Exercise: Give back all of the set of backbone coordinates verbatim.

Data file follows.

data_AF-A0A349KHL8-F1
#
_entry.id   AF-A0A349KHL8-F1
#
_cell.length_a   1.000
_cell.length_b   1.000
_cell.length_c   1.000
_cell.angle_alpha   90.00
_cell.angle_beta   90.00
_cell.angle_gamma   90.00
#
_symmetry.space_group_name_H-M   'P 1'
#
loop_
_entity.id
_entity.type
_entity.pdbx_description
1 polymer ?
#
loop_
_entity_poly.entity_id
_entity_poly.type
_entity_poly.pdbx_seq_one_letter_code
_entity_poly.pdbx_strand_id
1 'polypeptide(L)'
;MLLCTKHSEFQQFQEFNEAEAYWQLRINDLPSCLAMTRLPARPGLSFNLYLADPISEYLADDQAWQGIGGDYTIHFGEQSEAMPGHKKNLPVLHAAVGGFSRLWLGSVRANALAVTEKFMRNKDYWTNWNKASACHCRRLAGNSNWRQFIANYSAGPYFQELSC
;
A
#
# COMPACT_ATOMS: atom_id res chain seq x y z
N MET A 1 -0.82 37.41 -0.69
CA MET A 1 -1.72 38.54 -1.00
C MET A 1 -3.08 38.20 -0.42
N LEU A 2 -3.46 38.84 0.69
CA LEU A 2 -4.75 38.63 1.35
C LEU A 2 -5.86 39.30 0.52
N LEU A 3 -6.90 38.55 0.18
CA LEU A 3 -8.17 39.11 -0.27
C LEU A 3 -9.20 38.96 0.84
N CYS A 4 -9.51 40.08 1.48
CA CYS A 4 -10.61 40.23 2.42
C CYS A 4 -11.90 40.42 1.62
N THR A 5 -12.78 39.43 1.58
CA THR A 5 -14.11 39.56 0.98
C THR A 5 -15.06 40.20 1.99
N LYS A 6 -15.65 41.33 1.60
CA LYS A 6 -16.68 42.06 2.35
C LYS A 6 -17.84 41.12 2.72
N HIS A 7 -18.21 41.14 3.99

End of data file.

data_AF-A0A349KHL8-F1
#
_entry.id   AF-A0A349KHL8-F1
#
_cell.length_a   1.000
_cell.length_b   1.000
_cell.length_c   1.000
_cell.angle_alpha   90.00
_cell.angle_beta   90.00
_cell.angle_gamma   90.00
#
_symmetry.space_group_name_H-M   'P 1'
#
loop_
_entity.id
_entity.type
_entity.pdbx_description
1 polymer ?
#
loop_
_entity_poly.entity_id
_entity_poly.type
_entity_poly.pdbx_seq_one_letter_code
_entity_poly.pdbx_strand_id
1 'polypeptide(L)'
;MLLCTKHSEFQQFQEFNEAEAYWQLRINDLPSCLAMTRLPARPGLSFNLYLADPISEYLADDQAWQGIGGDYTIHFGEQSEAMPGHKKNLPVLHAAVGGFSRLWLGSVRANALAVTEKFMRNKDYWTNWNKASACHCRRLAGNSNWRQFIANYSAGPYFQELSC
;
A
#
# COMPACT_ATOMS: atom_id res chain seq x y z
N MET A 1 -0.82 37.41 -0.69
CA MET A 1 -1.72 38.54 -1.00
C MET A 1 -3.08 38.20 -0.42
N LEU A 2 -3.46 38.84 0.69
CA LEU A 2 -4.75 38.63 1.35
C LEU A 2 -5.86 39.30 0.52
N LEU A 3 -6.90 38.55 0.18
CA LEU A 3 -8.17 39.11 -0.27
C LEU A 3 -9.20 38.96 0.84
N CYS A 4 -9.51 40.08 1.48
CA CYS A 4 -10.61 40.23 2.42
C CYS A 4 -11.90 40.42 1.62
N THR A 5 -12.78 39.43 1.58
CA THR A 5 -14.11 39.56 0.98
C THR A 5 -15.06 40.20 1.99
N LYS A 6 -15.65 41.33 1.60
CA LYS A 6 -16.68 42.06 2.35
C LYS A 6 -17.84 41.12 2.72
N HIS A 7 -18.21 41.14 3.99